At the beginning of this year, World Rugby appointed Capgemini as its global innovation partner to lead the digital transformation of the HSBC World Rugby Sevens Series, the governing body’s annual circuit of international rugby sevens tournaments.
Rugby is nothing new to Capgemini, which has had an affiliation with the sport for the last 25 years through its sponsorship of two teams in France – where the company resides – and the 2007 Rugby World Cup. However, the opportunity to take its involvement further by partnering with an annual, international, ten-leg competition was seemingly too good to turn down.
With more than 50 years of experience and over 200,000 employees, Capgemini has promised to enhance the fan experience for current and future spectators at World Rugby Sevens Series events, while it also intends to use data and infographics to augment the tournament experience in stadiums, on television and on social media.
Ahead of this weekend’s sevens tournament in Las Vegas, Capgemini’s global group marketing and communications director Virginie Régis (right) explains why the company’s decision to partner with World Rugby was both a sponsorship and recruitment exercise, and describes how it plans to use player and game data to drive fan engagement.
How did your partnership with the World Rugby Sevens Series come about, and why is the sport a good fit for your brand?
We set ourselves a challenge internally to change our sponsorship programme, and based on that challenge, we scanned the various options.
When you look at Capgemini’s heritage, we love rugby and have always been very close to the sport for several reasons. The main one is how close our founder Serge Kampf is with this sport. He’s set up a series of values within the group which are very much inspired by rugby, so we find a lot of similarities between our values and those of the sport. We also used to sponsor two rugby clubs in France, but it was important for us to find a partnership that was closer to the scale of our company today. When we were looking at the options, the Sevens Series quickly emerged as the option we wanted to pursue.
There are many different reasons for that, the first of which being that rugby sevens is an international tournament. The fact that it takes place on an annual basis is also beneficial for our marketers and comms directors, because it gives us an opportunity to make our brand visible and give it more reach. Additionally, the fact that rugby sevens is inclusive was something that was very important for us.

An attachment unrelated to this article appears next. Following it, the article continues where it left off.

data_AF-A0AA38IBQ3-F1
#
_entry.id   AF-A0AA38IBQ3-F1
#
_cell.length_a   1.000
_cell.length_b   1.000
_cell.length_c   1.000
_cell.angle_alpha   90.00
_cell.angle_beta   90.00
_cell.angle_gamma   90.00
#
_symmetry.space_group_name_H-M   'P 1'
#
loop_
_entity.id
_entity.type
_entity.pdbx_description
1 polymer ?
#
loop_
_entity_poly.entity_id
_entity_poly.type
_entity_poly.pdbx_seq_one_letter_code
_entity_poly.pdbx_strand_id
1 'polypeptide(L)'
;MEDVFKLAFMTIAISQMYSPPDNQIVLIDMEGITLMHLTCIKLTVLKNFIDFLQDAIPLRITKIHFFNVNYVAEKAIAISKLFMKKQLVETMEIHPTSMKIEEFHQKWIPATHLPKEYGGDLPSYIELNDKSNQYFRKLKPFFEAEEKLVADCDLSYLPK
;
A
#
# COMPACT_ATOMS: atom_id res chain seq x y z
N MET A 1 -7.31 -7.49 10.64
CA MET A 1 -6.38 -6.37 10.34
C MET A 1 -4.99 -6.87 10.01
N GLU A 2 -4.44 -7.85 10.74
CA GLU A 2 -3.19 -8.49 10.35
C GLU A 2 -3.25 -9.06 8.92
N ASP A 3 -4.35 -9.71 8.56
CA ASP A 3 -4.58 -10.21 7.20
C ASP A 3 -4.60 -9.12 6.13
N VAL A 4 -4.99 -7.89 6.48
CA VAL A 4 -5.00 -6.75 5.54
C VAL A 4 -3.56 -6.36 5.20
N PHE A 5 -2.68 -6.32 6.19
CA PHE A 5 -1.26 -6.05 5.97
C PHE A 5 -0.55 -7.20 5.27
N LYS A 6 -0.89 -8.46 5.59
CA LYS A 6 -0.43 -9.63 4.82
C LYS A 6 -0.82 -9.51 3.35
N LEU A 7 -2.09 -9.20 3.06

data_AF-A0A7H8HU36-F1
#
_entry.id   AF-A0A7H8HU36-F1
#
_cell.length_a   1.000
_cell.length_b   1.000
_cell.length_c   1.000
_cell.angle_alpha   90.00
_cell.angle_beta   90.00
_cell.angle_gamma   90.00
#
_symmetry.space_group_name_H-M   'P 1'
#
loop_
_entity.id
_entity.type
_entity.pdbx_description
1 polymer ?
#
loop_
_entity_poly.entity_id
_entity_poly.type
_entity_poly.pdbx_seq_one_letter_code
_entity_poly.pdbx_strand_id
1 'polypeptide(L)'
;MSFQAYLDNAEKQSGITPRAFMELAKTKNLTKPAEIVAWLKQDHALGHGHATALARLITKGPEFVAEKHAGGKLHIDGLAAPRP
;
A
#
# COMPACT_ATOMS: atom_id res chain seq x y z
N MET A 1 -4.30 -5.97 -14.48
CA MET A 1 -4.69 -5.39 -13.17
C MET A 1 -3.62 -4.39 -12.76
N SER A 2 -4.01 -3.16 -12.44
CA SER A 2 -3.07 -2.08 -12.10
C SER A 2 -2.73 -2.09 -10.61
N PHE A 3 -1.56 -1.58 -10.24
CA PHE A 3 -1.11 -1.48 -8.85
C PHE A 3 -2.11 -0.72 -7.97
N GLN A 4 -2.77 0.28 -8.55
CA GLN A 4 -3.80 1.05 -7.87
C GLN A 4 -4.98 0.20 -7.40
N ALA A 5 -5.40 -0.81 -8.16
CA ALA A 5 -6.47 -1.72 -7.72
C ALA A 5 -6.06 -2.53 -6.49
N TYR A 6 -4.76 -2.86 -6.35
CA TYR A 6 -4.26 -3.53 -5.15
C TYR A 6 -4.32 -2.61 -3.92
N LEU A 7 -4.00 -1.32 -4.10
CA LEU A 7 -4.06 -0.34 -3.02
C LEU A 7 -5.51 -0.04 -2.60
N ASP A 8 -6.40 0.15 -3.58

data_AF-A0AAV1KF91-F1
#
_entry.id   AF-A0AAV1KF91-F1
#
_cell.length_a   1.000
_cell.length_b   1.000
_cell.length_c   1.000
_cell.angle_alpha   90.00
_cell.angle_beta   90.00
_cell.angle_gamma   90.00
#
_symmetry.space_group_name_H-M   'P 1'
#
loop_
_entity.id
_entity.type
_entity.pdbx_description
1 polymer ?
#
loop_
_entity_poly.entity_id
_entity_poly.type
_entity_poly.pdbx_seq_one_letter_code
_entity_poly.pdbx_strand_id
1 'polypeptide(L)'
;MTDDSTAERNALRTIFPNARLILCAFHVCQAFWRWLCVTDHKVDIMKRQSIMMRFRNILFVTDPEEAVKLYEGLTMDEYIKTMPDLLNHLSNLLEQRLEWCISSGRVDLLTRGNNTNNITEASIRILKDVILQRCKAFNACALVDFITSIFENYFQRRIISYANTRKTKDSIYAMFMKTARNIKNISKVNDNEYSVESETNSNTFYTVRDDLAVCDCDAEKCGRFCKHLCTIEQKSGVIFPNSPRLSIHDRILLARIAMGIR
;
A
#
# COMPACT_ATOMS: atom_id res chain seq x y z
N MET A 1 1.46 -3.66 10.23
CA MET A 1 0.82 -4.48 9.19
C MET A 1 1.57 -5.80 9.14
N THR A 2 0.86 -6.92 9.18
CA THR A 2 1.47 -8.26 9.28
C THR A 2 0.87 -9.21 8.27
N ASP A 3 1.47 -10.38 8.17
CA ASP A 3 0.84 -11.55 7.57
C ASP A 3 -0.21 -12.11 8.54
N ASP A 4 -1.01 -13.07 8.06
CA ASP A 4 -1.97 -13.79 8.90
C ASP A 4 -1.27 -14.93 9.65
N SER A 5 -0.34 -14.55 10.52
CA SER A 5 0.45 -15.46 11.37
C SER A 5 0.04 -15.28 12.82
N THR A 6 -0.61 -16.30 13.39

We’ve set out three objectives with this partnership. The first is reinforcing our intimacy with clients, second is the mobilisation of our people, and third is brand visibility. We really think that the format of the tournaments – taking place over two or three days – is very well suited to client intimacy. People are able to have conversations between the games, it’s very fun and there’s a very good atmosphere. It’s also geared towards the younger generations, and these are the people we actually target in our recruitment programme. So the fact that the format of rugby sevens is very much suited for younger generations was something that really counted for us.
Régis said the fact that the Sevens Series is both international and inclusive matched up with Capgemini's values
Do you think Capgemini could venture into other sports in the future, or is there a specific focus on rugby?
It’s not on the table yet, to be honest. We just partnered with World Rugby a few weeks ago. I’m conscious of the fact that we need to show the potential of this platform, but I’m sure we will learn as we work, so it will take some time to really leverage sports to the maximum.